By: Marcus Dieterle, Associate News Editor and Sarah Rowan, Editor-in-Chief
What began as a white nationalist protest against the removal of Confederate statues in Charlottesville quickly devolved into violent riots led by groups of white nationalists against hundreds of counter-protesters.
The violence culminated in the death of 32-year-old Heather Heyer, who was killed when a car plowed into a group of counter-protesters in what appears to be an act of domestic terrorism.
The accused driver, 20-year-old James Alex Fields Jr., has been charged with second-degree murder, three counts of malicious wounding and one count of hit and run attended failure to stop with injury, according to Charlottesville authorities.
Nineteen other people were injured in the crash. According to one of his former high school teachers, Fields was a Nazi sympathizer who held white supremacist views.
Student Government Association President James Mileo and Towson University President Kim Schatzel condemned the weekend’s violence in statements made on Saturday and Sunday.
“I refuse to sit idle as our nation strengthens its weapons of oppression,” Mileo said in a statement on Saturday. “I refuse to sit idle as our brothers and sisters lay their lives on the line for the right to exist equally in our nation. I refuse to sit idle when we have the power, courage and ability to institute change in our world, nation, state, community and university.”
Mileo announced five actions he and the SGA will be taking to combat hate at Towson and the surrounding community:
- SGA Director of Diversity and Inclusion Russhell Ford will relaunch #NotAtTU to expand the anti-hate crime/bias campaign beyond “a primarily student driven campaign.” Mileo said the aim of the relaunch will be to increase collaboration with campus and community partners and address hate and terror on-campus and in the Towson area community.
- All members of SGA will be required to undergo semesterly diversity and inclusion training, and training on how to respond to acts of hate.
- SGA Vice President Breya Johnson and Director of Student Organizations Danvic Celebrado-Royer will review the Tiger Stripes program to require student organizations to undergo diversity and inclusion trainings every semester.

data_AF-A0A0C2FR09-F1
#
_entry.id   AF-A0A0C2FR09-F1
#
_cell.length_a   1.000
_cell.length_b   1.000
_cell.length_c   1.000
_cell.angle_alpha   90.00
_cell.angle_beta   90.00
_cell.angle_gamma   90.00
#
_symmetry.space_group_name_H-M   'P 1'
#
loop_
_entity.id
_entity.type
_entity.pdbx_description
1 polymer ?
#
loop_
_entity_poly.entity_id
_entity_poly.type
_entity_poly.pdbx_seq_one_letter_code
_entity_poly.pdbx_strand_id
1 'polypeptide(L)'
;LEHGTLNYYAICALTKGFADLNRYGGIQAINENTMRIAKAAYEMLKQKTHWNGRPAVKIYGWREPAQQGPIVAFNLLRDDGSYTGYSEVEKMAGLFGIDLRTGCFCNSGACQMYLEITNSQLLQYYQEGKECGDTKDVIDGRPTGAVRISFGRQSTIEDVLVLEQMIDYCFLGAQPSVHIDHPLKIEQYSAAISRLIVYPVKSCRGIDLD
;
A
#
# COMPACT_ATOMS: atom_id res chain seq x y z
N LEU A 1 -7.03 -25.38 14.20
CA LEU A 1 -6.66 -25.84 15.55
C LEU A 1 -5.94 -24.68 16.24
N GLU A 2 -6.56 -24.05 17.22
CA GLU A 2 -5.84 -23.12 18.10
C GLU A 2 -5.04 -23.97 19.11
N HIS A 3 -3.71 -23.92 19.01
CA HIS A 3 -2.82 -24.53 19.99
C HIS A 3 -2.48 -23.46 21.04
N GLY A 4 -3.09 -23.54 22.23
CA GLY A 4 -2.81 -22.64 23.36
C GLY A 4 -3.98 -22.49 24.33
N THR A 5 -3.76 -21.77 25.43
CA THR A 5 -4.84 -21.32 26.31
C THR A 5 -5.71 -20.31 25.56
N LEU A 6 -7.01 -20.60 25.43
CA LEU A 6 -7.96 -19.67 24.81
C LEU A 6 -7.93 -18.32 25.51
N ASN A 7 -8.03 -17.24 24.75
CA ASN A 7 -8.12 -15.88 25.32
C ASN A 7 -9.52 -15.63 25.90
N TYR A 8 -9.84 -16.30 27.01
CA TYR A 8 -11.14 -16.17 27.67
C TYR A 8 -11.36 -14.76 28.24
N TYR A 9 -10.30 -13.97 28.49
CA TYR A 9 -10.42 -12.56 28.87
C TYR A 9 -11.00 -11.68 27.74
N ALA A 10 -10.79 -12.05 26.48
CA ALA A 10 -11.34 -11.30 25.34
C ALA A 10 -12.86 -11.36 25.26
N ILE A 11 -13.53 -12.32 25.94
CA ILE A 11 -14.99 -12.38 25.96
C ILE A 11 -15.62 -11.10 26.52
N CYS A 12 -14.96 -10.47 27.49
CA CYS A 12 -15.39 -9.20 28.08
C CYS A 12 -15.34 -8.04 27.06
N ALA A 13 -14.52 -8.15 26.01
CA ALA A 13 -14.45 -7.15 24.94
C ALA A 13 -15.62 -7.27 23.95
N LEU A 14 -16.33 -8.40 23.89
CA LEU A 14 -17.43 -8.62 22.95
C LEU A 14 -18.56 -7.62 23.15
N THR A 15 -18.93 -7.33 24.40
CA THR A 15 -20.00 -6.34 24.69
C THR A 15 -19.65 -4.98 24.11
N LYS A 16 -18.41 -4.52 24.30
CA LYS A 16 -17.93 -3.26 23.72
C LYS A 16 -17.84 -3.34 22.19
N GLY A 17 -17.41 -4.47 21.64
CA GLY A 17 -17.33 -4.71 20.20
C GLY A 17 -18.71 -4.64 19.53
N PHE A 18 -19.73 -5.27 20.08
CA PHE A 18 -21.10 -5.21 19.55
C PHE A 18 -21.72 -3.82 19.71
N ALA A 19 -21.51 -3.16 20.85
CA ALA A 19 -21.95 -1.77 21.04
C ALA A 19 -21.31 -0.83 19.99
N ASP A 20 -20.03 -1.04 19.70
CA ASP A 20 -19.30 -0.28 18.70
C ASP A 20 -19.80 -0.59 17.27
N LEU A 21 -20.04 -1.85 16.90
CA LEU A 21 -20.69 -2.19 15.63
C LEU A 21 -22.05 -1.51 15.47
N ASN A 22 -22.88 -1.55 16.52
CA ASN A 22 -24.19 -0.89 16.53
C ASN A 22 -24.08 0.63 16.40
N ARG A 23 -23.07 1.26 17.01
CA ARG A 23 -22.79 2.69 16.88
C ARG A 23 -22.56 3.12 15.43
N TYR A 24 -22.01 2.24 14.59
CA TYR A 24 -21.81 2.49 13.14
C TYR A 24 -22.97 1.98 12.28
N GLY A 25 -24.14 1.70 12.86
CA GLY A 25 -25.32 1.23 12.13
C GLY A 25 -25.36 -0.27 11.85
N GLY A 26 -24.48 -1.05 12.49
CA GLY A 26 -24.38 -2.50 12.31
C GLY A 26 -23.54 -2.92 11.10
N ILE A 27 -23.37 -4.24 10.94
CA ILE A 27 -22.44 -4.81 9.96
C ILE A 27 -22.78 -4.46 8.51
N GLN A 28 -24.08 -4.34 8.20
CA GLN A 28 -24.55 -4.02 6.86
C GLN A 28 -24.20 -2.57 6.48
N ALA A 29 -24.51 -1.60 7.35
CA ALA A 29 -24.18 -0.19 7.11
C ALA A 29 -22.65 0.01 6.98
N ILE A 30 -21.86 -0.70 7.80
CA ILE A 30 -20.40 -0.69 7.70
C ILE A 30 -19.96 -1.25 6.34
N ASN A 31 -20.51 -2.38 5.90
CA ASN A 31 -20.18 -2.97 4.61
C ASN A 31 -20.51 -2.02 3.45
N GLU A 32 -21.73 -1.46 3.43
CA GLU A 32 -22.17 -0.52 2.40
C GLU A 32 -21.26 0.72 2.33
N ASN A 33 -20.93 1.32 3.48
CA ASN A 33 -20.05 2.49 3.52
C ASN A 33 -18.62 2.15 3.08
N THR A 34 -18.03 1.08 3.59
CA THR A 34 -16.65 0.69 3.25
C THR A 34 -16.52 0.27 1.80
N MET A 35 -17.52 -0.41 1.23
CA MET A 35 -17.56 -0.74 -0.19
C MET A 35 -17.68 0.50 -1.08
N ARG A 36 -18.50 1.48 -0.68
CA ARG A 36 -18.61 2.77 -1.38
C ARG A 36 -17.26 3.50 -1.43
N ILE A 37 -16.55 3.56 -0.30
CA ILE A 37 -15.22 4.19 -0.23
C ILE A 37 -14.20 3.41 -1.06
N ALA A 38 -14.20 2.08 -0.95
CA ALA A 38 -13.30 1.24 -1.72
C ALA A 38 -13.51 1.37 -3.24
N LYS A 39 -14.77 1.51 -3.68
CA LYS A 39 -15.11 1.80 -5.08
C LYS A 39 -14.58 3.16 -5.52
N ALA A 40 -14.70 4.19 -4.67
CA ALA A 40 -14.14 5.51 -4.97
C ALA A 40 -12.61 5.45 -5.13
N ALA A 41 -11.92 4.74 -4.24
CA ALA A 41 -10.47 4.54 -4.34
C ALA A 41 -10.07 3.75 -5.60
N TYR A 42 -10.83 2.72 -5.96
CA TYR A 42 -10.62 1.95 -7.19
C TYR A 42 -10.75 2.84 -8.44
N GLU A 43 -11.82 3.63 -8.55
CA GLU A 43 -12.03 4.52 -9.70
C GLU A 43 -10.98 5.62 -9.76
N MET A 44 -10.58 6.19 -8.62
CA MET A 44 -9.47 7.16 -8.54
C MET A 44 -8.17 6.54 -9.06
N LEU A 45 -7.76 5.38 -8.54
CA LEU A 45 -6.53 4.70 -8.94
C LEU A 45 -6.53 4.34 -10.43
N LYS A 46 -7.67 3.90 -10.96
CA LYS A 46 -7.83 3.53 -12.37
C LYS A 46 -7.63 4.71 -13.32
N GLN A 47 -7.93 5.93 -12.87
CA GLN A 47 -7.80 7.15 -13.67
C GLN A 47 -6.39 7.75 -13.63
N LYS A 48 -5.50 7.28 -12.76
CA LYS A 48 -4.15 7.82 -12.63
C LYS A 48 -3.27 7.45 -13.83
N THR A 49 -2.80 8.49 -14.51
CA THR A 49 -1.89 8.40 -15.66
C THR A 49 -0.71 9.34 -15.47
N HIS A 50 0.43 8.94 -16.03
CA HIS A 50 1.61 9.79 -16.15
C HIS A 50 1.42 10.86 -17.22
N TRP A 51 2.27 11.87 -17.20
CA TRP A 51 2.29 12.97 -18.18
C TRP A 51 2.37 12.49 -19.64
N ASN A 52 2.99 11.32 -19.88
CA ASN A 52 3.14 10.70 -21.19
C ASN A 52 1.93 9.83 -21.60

- Mileo will submit a resolution to the University Senate which, if passed, would require all faculty and staff to undergo inclusion and equity trainings.
- Mileo will hold monthly Presidential Addresses with updates about efforts to combat hate, as well as progress on other initiatives.
Associate Vice President of Student Affairs and Diversity Santiago Solis said in an email that diversity and inclusion training is currently mandatory for orientation leaders, resident assistants, Greek diversity chairs, and many student staff. Solis said that he and Mileo “are currently discussing ways to continue collaborating on these important issues.”
“The CSD’s new Associate Director for Cultural Competency Education Brian Jara has been working with various departments to coordinate trainings and workshops on cultural competency as well as racism/anti-racism and their intersection with other forms of oppression,” Solis said.
Schatzel also condemned the weekend’s “acts of great violence and terror” in Charlottesville and on the University of Virginia campus in an email statement made Sunday.
Schatzel shared her condolences and prayers for “all those affected by this reprehensible violence” and reaffirmed the University’s commitment to the “relentless pursuit of a diverse, inclusive and welcoming campus for every member of the Towson University community.”